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... him in many ways and of Uni' distinguished him by entrusting the care of an
expedition against the Aamu and Heru-sha, who are supposed to be Semitic and
Asiatic enemies of Egypt respectively. Troops were brought from Ethiopia ...
... and that they were at peace with the Ethiopians, upon whom they could call for
assistance in time of war. As builders they were unequalled, and their art had
advanced so far that they were never successfully imitated by later generations.
As they were able to defend their country from the assaults of their hereditary foes
in Ethiopia, and from the tribes on their eastern and western borders, the arts and
sciences flourished, and large works connected with the storage of Nile water ...
In the forty-third year of his reign Ameni Amenemhat, a high official, set out for
Ethiopia with four hundred soldiers to quell a rebellion which had broken out
there. This expedition was perfectly successful, and having smitten all the tribes
In spite of these, however, he himself was compelled to lead an expedition into
Ethiopia in the nineteenth year of his reign, and having conquered the country he
built a temple at Elephantine to the local gods and probably another at Amada.
What people are saying - Write a review
'The Mummy' is an amazing book because it's so much more than a description of how, why and when Ancient Egyptians preserved their dead. Look just through the contents and you'll be amazed at the range of material - as if Wallis Budge had emptied a sackful of knowledge for the learner to pick through. Because that's it's best use, a source book on Ancient Egypt - as long as you remember it's dated and some ideas rejected.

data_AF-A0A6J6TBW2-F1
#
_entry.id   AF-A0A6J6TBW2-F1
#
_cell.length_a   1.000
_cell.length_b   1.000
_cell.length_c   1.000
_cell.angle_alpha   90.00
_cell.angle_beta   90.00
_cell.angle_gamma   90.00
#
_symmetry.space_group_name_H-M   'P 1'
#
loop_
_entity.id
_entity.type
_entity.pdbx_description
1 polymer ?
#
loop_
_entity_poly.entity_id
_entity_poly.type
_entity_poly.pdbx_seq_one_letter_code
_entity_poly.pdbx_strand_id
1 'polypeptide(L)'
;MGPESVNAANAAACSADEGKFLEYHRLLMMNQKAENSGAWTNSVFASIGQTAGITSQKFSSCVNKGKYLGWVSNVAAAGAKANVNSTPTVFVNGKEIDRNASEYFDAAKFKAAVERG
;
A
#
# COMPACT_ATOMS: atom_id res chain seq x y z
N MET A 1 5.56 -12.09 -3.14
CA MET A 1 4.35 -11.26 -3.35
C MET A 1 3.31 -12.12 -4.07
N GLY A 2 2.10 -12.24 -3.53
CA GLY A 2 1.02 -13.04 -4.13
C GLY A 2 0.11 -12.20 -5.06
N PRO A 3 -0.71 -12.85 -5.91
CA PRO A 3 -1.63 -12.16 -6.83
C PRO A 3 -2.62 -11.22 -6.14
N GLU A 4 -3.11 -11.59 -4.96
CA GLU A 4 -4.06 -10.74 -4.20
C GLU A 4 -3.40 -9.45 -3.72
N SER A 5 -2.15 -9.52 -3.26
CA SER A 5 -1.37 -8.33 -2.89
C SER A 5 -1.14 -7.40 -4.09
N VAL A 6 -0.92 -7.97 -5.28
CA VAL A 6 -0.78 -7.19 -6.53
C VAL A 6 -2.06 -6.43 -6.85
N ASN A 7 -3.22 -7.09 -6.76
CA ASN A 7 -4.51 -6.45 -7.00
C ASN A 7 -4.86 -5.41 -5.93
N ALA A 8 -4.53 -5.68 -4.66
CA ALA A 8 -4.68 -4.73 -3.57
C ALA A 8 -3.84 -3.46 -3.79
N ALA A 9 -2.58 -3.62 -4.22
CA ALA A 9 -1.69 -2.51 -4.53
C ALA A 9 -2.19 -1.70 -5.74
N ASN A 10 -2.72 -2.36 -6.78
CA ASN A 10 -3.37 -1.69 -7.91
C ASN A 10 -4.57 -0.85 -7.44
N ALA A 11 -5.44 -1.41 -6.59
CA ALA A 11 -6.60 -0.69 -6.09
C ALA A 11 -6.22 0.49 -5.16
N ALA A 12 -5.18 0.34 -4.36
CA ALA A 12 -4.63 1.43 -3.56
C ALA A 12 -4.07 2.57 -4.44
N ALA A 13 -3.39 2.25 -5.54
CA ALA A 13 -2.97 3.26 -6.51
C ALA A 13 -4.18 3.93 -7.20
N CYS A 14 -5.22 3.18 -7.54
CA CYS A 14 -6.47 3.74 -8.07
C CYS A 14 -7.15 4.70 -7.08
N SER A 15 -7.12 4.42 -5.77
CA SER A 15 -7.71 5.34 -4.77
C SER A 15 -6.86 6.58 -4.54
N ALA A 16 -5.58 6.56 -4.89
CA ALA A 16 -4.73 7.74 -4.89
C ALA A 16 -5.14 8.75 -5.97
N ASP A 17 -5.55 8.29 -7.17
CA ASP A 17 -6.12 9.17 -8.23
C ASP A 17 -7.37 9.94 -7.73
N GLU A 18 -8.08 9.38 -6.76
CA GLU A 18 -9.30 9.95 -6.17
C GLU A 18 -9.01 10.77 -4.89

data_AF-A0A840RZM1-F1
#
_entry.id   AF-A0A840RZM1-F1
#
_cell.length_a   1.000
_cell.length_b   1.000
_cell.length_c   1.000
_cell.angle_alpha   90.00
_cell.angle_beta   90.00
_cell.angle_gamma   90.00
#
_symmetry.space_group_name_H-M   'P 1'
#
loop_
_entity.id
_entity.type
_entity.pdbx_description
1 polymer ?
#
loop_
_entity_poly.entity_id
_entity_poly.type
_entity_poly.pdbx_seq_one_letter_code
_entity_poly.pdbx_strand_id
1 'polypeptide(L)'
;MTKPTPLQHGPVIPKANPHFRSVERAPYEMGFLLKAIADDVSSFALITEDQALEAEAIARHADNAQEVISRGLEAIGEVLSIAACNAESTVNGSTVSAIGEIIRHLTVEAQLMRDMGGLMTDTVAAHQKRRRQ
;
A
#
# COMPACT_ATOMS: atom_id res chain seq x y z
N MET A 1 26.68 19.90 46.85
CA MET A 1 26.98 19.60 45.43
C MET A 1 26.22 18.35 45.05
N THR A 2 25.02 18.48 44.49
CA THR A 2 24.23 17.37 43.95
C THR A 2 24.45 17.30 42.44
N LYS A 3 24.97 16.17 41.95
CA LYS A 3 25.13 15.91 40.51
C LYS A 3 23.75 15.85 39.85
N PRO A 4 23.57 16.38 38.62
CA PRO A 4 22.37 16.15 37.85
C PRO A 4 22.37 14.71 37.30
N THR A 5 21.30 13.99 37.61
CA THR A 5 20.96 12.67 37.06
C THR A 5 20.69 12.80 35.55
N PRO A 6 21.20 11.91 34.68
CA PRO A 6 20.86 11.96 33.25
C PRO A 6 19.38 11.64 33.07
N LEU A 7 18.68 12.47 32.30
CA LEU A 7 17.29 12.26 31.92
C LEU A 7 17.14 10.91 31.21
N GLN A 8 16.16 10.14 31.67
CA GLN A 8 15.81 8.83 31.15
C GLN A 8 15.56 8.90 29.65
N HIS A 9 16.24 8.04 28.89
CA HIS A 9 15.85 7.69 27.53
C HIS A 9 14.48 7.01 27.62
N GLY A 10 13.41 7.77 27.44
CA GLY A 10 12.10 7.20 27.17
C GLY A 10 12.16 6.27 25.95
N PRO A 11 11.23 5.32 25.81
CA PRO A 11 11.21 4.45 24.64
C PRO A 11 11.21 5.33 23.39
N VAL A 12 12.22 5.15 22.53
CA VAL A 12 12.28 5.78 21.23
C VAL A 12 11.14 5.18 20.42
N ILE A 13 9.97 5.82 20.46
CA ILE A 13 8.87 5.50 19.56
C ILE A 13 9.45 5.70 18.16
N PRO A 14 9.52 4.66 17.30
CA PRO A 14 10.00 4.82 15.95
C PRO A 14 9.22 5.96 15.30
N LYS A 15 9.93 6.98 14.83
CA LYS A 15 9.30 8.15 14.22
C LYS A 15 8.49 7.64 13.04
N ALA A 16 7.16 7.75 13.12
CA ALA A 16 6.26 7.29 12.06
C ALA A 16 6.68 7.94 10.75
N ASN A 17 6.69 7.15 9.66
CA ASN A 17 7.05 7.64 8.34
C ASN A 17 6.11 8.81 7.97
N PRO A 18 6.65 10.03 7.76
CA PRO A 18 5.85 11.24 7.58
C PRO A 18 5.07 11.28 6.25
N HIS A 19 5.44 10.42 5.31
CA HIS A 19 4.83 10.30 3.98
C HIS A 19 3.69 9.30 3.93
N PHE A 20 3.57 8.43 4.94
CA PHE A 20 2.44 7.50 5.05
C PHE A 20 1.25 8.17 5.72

The first few pages introduce and include a list of the nomes (districts) in hieroglyphics and transcriptions. The pages on Egyptian chronology, as well as reviewing problems oof disagreement ammong both sources and scholars includes a useful list of rulers - although the real jewel here, following a good basic history, is a list of 2 of the 5 names available of Pharaohs (hieroglyphics & transcriptions); this is a must for any visitor to inscriptions in museums or Egypt itself. A clear history of the decipherment of hieroglyphics is followed by a useful list of hieroglyphs, useful that is for those looking at REAL inscriptions.Then the book gets into mummies IN DETAIL but beware as, for example when dealing with ushabti, Budge will throw at you a whole paragraph of (untranslated) hieroglyphics - after all, you did read everything before that, didn't you? Then anything and everything is on offer - stelae, coffins, draught-boards,the gods, graves, numbers ..... As I said above it is a book to dpp into and not to read from cover to cover. And that's why I give it 4 stars
PS It's by far the most USEFUL of my books on Ancient Egypt
Other editions - View all
The Mummy: Chapters on Egyptian Funereal Archaeology
Sir Ernest Alfred Wallis Budge
Limited preview - 1964